THE FINAL INSTALLMENT OF A MULTI-PART SERIES ON BENEFITING FROM THE PRICING IMPERFECTIONS OF THE RARE COIN MARKET

This article is the third in a series where we present ideas for you as numismatic professional, advanced collector, and/or investor to utilize the CDN sheets to your advantage in this challenging market.

In our final installment of our series of articles looking at the Bluesheet/Greysheet spread we will analyze perhaps the most widely collected series: Morgan dollars. Hundreds of thousands of these coins have been certified, and this large sample size provides ample data to look at. Add to this that the pricing of Morgan dollars is misunderstood (or misinterpreted, if you will) in this very dynamic market.

There are a handful of famous conditionally scarce dates that have always had large spreads between grades and even within a given grade, such as the 1884-S, 1892-S, and 1896-O and much has already been written on these coins. We’ll use this article to identify some dates and grades that may not be as obvious.

Let’s start with the 1880-CC in MS66, an available coin with over 1,400 graded combined. The Greysheet price on this coin is $2,000 and the Bluesheet for both PCGS and NGC is $1,300. There have already been twelve sold at auction in 2016 and the prices are a perfect example of today’s market: a high price of $2,233.50 to a low of $1,292.50. One would automatically assume the most expensive examples were CAC stickered, but of the three highest, only one of them was CAC. So how does a buyer or seller determine where the coin they are looking at/selling fall in this range? There are a few options: the coin can be submitted to CAC, one can visually inspect previously sold examples, and the opinion of an expert may be sought out. If one is a collector or investor looking to buy and they desire a premium specimen, it is reasonable to expect to pay $2,000 or more. However, working public auctions or dealer inventories may yield a solid quality coin for less, in the $1,600 to $1,900 range. The key is that the buyer understands why the price realized of a given Morgan dollar is what it is. This may sound obvious, but often users become fixated on the price of the Greysheet bid while ignoring the Bluesheet price, not realizing the coin they possess may not be of Greysheet quality.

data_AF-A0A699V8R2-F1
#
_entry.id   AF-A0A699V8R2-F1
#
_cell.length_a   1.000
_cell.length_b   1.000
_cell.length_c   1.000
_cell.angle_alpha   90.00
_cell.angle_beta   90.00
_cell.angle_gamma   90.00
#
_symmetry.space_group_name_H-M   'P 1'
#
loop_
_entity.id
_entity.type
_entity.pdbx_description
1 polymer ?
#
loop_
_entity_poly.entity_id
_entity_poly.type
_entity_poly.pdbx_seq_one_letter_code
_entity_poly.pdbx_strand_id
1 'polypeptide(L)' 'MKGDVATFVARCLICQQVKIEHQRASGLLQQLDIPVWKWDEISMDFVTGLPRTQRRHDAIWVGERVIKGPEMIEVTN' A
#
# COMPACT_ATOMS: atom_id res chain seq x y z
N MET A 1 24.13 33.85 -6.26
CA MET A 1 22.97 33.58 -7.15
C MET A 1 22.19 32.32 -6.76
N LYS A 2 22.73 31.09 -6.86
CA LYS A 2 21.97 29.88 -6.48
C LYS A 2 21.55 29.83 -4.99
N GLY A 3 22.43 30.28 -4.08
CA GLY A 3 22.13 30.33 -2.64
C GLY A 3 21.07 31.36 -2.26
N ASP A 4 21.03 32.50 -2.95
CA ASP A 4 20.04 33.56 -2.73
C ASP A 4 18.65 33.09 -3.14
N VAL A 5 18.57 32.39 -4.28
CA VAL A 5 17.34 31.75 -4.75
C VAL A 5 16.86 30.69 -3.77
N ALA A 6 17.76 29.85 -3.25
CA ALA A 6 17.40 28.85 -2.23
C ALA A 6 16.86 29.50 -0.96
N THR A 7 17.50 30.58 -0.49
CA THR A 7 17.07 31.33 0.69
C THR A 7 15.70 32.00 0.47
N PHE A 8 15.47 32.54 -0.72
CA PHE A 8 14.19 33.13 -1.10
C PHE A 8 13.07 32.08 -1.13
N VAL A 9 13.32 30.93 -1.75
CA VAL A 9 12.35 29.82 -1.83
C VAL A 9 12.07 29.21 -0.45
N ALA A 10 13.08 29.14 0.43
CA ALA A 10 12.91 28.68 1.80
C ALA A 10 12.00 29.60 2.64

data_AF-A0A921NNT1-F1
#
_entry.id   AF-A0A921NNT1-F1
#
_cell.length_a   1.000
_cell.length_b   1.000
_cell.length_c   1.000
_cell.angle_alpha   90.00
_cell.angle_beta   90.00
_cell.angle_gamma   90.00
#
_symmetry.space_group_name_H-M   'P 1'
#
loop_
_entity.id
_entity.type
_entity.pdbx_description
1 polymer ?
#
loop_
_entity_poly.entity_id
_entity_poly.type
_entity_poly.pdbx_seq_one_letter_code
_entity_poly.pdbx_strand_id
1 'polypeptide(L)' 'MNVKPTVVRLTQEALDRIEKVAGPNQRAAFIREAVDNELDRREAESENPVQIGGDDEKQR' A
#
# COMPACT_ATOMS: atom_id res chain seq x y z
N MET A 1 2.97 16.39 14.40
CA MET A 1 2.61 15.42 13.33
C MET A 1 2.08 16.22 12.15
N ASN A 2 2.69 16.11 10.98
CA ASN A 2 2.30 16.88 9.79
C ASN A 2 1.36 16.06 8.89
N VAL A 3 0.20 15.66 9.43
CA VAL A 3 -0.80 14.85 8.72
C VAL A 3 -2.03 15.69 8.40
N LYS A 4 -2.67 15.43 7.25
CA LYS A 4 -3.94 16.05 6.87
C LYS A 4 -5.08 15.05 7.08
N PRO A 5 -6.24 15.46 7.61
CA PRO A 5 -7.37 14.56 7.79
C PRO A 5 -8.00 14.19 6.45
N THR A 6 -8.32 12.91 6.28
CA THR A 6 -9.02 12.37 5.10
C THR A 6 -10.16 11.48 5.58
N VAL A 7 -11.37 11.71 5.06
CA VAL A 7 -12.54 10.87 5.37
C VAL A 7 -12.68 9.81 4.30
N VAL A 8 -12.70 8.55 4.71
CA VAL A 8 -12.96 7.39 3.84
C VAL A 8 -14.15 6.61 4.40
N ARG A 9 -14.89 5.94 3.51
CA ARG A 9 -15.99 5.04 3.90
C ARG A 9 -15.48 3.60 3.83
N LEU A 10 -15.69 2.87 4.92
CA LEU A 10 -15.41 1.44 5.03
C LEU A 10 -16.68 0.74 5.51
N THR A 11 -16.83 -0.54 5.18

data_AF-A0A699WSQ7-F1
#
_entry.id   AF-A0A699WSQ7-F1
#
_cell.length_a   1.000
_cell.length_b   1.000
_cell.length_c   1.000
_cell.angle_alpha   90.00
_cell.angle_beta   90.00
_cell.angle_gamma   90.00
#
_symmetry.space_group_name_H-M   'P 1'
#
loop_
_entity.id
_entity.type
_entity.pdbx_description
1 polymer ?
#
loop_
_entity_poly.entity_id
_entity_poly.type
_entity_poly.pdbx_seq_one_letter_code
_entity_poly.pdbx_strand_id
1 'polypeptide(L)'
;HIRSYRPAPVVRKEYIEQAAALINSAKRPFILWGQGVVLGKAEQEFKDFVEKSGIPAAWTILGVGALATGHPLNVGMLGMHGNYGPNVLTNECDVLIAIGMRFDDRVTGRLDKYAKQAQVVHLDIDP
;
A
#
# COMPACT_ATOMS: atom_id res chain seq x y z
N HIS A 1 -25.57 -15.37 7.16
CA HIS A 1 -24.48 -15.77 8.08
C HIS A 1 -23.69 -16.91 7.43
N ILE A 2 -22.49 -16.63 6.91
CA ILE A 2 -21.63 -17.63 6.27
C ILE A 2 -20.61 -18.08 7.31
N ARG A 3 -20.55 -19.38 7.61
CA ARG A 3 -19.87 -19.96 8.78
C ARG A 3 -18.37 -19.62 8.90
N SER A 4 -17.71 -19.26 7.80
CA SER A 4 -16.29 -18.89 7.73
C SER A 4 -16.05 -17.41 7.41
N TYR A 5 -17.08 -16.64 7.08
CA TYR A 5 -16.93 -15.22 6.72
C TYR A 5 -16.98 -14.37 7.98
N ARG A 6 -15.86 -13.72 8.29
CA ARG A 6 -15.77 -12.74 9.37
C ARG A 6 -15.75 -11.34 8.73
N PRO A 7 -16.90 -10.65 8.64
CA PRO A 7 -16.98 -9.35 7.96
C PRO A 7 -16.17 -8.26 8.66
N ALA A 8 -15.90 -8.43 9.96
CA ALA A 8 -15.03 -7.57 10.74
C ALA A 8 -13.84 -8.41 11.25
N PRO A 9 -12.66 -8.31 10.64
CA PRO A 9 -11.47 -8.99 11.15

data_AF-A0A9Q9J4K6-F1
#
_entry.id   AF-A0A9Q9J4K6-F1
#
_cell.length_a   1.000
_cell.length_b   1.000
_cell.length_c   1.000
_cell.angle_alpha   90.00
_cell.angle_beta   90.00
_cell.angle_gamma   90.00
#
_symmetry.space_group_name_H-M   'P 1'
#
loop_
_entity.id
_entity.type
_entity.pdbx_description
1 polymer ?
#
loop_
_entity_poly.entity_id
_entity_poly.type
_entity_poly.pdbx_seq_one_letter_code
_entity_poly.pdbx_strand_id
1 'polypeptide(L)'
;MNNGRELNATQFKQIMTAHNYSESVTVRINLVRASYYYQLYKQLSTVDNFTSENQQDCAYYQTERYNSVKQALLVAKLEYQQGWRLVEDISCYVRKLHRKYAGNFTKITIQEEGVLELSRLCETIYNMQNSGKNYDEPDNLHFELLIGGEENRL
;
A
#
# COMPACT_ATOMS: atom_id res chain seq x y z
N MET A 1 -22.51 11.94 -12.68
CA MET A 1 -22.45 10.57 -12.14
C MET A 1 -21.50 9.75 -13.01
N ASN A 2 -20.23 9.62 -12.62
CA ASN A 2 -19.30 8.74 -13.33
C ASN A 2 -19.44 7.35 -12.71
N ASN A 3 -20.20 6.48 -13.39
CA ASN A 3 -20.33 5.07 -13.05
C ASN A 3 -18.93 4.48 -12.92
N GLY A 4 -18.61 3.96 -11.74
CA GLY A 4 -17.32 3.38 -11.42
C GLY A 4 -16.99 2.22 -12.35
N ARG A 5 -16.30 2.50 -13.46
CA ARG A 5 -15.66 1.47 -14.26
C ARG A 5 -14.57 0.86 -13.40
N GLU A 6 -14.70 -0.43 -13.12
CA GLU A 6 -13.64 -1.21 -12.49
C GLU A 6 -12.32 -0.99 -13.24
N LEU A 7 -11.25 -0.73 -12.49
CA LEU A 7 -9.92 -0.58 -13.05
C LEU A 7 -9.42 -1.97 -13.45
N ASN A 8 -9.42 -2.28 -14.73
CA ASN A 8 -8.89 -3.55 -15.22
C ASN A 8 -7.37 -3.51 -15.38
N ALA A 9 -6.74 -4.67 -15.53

Table 3 shows the Blue/Grey spread of other select dates and grades of Morgan dollars, and as one can see the average percentage difference between the two prices are over 30%.
This emphasizes the opportunity present within this vast series, but also the pitfalls.

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